Power House Prep: How OCSA became one of the most selective schools in the nation

In less than a decade, Orange County School of the Arts has become one of the most selective schools in the nation, sending students to elite colleges in high numbers. Does this exclusivity change the school’s mission?

Cassandra Hsiao stepped onto the Orange County School of the Arts campus and instantly felt at home. She was barely out of grade school, a petite preteen in a floppy hat, eager to find a place to fit in. OCSA seemed “magical and amazing,” she recalls six years later. She saw students of all shapes, sizes, and colors, heard show tunes bouncing off narrow stairwell walls, and felt the creative energy. “I loved being there.” 

She barely noticed how bleak the campus looked to outsiders—a seven-story, deteriorating former bank building on Main Street in downtown Santa Ana. Situated amid empty storefronts and fast-food restaurants, OCSA faces government offices that serve the city’s poorest residents, and it abuts an enormous dirt pile that for years has been scheduled to become Orange County’s tallest office tower.

But looks can deceive, and Cassandra was prescient to see beyond the obvious. When she applied to OCSA, she had no idea how incredibly competitive the school would become. In the six years since she started there, OCSA has emerged as a powerhouse prep with acceptance rates lower than the nation’s most elite boarding schools.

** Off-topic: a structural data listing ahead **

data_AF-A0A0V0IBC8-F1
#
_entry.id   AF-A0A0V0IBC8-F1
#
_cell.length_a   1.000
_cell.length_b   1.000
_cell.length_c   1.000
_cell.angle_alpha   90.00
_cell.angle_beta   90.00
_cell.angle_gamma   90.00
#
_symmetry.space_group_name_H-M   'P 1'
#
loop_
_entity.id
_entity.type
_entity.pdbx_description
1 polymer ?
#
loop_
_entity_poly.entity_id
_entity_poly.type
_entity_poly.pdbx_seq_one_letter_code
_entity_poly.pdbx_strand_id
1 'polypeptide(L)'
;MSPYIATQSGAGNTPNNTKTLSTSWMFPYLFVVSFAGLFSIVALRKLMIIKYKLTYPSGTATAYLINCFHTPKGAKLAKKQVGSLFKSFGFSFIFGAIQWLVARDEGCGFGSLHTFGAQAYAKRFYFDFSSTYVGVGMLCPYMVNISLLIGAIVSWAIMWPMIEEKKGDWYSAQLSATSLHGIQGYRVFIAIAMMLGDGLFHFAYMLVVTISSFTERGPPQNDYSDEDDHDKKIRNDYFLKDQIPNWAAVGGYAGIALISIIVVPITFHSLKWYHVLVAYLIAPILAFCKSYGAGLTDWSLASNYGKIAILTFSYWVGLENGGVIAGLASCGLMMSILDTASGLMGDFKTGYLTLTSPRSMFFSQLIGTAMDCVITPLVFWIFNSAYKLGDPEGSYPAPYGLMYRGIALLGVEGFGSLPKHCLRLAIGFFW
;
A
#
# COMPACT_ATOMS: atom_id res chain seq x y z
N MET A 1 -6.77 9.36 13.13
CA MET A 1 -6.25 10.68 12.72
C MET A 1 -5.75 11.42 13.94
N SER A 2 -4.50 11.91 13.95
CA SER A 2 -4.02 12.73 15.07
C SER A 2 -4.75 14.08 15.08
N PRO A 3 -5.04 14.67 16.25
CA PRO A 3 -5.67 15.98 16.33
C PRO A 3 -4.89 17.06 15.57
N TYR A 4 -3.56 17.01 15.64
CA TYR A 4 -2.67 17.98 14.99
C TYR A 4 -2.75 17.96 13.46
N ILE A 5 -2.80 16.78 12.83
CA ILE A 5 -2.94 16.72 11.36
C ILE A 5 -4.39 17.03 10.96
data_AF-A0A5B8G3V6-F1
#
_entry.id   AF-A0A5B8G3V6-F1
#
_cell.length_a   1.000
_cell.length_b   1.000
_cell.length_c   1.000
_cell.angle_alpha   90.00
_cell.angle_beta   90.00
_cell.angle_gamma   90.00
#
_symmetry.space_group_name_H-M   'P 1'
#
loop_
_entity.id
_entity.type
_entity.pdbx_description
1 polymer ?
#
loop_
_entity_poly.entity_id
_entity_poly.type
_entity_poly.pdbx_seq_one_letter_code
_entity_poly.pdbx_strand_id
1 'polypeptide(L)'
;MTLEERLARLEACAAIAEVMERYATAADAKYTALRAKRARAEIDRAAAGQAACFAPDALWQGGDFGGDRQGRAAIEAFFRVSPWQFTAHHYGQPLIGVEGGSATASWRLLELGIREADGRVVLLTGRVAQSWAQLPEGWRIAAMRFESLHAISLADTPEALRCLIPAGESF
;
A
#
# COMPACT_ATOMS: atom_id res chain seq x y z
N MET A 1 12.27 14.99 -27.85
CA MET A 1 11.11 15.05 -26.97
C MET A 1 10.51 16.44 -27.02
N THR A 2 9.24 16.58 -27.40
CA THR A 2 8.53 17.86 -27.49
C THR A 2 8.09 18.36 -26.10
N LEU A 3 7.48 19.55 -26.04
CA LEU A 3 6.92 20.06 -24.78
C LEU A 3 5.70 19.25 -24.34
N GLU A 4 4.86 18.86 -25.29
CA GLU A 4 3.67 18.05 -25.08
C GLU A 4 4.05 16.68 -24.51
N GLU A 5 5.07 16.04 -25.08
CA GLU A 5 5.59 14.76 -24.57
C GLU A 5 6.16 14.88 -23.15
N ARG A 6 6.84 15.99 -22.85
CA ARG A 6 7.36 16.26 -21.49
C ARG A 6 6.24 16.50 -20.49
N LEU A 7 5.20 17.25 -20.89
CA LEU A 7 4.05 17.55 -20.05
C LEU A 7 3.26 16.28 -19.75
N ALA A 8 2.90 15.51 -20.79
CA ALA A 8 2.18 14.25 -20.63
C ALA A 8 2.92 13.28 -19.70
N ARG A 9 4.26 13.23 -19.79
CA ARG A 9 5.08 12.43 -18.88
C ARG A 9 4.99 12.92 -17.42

Thanks to a serendipitous confluence of timing, strategic decision-making, and tireless fundraising, tuition-free OCSA attracted 3,400 applicants for 400 places in 2017. That puts OCSA’s acceptance rate at 11 percent—lower than at The Thacher School (13 percent), Groton School (12 percent), Phillips Academy Andover (13 percent), and Phillips Exeter Academy (19 percent), all of which charge $36,000 or more for tuition annually.

OCSA appeals to families looking for affordable, high-quality, intense, professional arts training and an impressive record of sending students to elite colleges. Since 2011, Stanford has accepted 21 students, UC Berkeley 125, UCLA 160, Harvard 9, Yale 7, Brown 12, Columbia 11, Cornell 20, and Princeton 8.

OCSA students come largely from middle- and upper-class families across five counties. Ten percent of the students receive free or reduced-price lunches, compared to 94 percent in the rest of the Santa Ana district. In the past six years, enrollment has grown 25 percent—from 1,750 to 2,177—even as acceptance rates continue to decline. Admission hurdles are higher for some of the 14 arts conservatories than others, and acceptance rates can dip into single digits. To provide more opportunities, OCSA launched a new campus outside Orange County in August, hoping to replicate what The Orange County Register called “one of the more spectacular success stories in modern education.”

Illustrations by Vidhya Nagarajan

OCSA’s graduating class of 2017 broke records. Stanford accepted six students, and each Ivy League college took at least two. Cassandra was one of five students nationwide to gain acceptance to all eight Ivy Leagues; Stanford and eight other elite colleges also admitted her.

Looking back, she seems bewildered by her success. “My family couldn’t have foreseen any of it.”